• Score Report: You will receive the complete GMAT Score Report within 20 days of giving the test including the AWA Score on your registered E-mail ID.
    Quantitative Reasoning

    GMAT Quantitative Reasoning

    GMAT Quantitative Section consists of two sections, Problem Solving with approximately 18-20 questions and Data Sufficiency with approximately 11-13 questions. GMAT quant is automatically considered as very tough as the competition from across the globe, or maybe you yourself tried encountered a few questions yourself which were tough, however, GMAT does not ask any concept beyond high-school level math.

    GMAC knows that there are thousands of humanities majors who may not have thought about calculus integrals in years. Instead, GMAT tests quantitative reasoning by piling relatively simple concepts on top of each other to create multi-level problems. Sound like a feature a good manager should have?

    Important topics included in GMAT Quant Section are as follows 

    • Arithmetic
    • Geometry
    • Number properties
    • Pre-algebra
    • Algebra
    • Permutation and combinations
    • Exponents and roots

    However, the best way to prepare for GMAT Quant is to spend the majority of your time focusing on practice problems and practice tests.

    Problem-Solving questions in GMAT measure skills that how well the test takers solve any critical situation with rational approaches. 

    GMAT Data Sufficiency questions, not only focuses on solving the problem, but also about analyzing the question, further evaluating two statements and deciding if either, both, or neither is sufficient to answer the question. These questions test the same types of skills the GMAT looks at in IR.

    One cannot use a calculator on this section of the test, thus, it is very important to do a brush up on your number sense particularly if it’s been some time since you worked with numbers.

    For Data Sufficiency, following set of tricks are enough to get you going:

    • Elimination Method: Do it strategically and you can eliminate up to three answers at a time with Data Sufficiency!
    • Solving the Purpose: Don’t solve the problem (unless you really absolutely 100% have to). No, really. Focus on the statements and the idea of sufficiency. Don’t lose sight of the purpose of these questions.
    • Individual Sufficiency: Think about each statement separately before considering them together. If you consider them together first, it’ll be harder to see if one is actually sufficient on its own.
    Verbal Reasoning

    GMAT Verbal Reasoning

    GMAT Verbal Section measures the ability of the test takers to interpret and read the given excerpt to answer the given questions. This section is required to check the probable usage of efficient English as required. Well if you want to become successful in the contemporary business world, multiple skills are important, but undeniably, verbal skills will put right on the top. All of business dealings involve selling which requires presenting words and interpreting words. It is equally important for both the seller and the buyer need to have sophisticated verbal skills to negotiate the finer points of selling at almost any level.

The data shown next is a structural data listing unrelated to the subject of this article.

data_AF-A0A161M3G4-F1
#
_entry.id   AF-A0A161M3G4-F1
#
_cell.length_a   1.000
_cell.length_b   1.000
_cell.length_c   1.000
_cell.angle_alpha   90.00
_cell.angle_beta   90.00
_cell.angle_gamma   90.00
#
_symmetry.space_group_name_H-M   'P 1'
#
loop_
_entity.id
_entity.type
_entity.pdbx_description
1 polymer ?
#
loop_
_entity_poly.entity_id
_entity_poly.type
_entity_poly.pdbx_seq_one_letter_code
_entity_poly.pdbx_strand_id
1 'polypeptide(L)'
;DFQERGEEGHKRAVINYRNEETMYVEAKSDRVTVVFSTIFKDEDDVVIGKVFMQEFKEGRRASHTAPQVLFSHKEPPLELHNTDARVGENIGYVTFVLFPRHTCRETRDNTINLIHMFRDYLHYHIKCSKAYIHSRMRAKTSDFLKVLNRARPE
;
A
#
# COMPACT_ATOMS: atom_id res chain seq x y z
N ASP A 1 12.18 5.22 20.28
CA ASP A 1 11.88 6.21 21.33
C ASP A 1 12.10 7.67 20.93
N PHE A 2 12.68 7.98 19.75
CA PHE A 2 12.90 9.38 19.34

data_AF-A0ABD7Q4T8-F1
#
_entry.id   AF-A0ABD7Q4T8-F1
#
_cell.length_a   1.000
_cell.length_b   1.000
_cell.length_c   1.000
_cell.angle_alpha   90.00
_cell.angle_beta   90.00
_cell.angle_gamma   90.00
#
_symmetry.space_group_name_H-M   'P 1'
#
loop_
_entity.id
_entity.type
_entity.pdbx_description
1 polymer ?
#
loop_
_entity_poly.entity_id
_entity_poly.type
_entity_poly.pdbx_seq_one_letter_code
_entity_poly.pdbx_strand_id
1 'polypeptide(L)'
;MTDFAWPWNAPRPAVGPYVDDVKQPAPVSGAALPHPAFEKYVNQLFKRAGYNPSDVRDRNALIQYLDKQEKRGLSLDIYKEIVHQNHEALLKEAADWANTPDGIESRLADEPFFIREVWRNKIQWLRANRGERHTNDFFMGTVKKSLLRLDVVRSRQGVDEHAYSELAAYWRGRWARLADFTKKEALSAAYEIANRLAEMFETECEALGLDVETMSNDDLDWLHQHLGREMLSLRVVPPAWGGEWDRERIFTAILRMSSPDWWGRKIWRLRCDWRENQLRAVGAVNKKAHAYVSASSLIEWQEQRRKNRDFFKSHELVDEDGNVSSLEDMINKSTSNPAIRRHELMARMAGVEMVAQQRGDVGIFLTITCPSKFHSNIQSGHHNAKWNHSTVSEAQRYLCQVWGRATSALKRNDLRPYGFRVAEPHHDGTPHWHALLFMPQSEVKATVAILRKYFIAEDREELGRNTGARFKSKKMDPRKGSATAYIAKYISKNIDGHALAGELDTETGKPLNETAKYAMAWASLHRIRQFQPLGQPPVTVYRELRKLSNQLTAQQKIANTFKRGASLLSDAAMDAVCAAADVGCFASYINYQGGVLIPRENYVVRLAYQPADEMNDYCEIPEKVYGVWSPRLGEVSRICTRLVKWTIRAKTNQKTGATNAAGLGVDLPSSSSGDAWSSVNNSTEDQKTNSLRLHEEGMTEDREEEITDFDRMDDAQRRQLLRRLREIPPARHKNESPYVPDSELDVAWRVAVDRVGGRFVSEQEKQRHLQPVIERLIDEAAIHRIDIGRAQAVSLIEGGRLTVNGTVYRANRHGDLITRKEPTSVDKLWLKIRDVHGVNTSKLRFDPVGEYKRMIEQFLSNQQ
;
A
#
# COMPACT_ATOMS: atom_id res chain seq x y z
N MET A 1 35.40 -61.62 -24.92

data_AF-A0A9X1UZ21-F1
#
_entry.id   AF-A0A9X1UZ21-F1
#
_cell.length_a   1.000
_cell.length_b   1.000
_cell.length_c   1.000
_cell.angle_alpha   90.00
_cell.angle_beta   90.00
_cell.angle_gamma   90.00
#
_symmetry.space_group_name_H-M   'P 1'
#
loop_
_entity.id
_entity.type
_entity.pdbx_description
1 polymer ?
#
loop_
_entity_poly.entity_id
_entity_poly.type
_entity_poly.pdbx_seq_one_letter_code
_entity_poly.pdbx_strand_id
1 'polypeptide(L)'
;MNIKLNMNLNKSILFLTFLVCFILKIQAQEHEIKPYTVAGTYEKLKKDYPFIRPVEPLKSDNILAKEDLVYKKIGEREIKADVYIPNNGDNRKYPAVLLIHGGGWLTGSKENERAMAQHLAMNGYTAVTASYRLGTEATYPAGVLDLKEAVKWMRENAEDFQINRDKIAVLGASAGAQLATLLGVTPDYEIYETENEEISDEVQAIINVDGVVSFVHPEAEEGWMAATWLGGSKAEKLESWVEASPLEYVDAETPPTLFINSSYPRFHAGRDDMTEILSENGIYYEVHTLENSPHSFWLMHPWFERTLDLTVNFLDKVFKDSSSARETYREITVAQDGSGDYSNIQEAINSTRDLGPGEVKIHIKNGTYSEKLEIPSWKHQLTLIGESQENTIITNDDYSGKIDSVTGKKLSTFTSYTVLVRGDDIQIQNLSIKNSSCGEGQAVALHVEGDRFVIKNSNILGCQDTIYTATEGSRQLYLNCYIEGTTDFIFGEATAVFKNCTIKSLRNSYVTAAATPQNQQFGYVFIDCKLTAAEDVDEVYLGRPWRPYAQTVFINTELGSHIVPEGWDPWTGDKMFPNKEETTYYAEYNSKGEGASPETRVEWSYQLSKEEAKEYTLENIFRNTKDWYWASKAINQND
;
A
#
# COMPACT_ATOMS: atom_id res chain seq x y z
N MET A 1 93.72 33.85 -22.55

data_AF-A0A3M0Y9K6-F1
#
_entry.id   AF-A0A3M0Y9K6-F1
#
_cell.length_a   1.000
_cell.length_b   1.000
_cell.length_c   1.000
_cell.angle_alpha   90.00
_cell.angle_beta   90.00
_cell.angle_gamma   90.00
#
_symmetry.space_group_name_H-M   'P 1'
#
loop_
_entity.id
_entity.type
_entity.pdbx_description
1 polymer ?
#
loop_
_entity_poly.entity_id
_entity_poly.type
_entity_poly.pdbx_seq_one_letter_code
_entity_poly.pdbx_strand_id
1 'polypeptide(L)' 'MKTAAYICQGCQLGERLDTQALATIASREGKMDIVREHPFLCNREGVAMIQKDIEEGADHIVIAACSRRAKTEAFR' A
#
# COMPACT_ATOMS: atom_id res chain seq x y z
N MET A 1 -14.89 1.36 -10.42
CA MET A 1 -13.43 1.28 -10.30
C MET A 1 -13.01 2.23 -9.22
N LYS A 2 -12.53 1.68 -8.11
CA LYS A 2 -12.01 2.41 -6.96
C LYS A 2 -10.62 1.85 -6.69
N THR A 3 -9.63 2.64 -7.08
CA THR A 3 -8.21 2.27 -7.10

Verbal Reasoning section of GMAT consists of three types of questions: Reading Comprehension (RC); (2) Critical Reasoning; and (3) Sentence Correction. It will test the ability to comprehend the written material, read and understand the logical relationship between the points mentioned in the passage and concepts. 

    Reading Comprehension questions give you a short (200-300 words) or long (300-400 words) passage, and then based on the inferences, answer three or four multiple-choice questions, respectively. You would be tested on the following reading skills: inference, application, main idea, supporting the idea, logical structure, and style.

    Critical Reasoning questions set forth an argument that you then analyze which measures your skill to make arguments, evaluate arguments, and formulate or evaluate a plan of action. There are eight different types of CR questions, all of which are multiple choices.

    Sentence Correction problems present you with a sentence. Part of this sentence is underlined, and you have to decide if there’s a grammatical problem. If so, you choose from one of four alternatives to the underlined portion.

    Topics that will be covered in the GMAT Verbal Reasoning section are as follows: 

    • Critical reasoning
    • Rhetorical construction of the sentences
    • Sentence correction including finding error or omission
    • Reading unseen passages
    • Subject-verb agreement
    • Misplace modifiers
    • Countable Vs Uncountable
    • Parallelism

    The best strategy to follow for this section is to read and read as much as possible. What this will do is that you would then be immersed in words that would also include words that you had never heard or read before.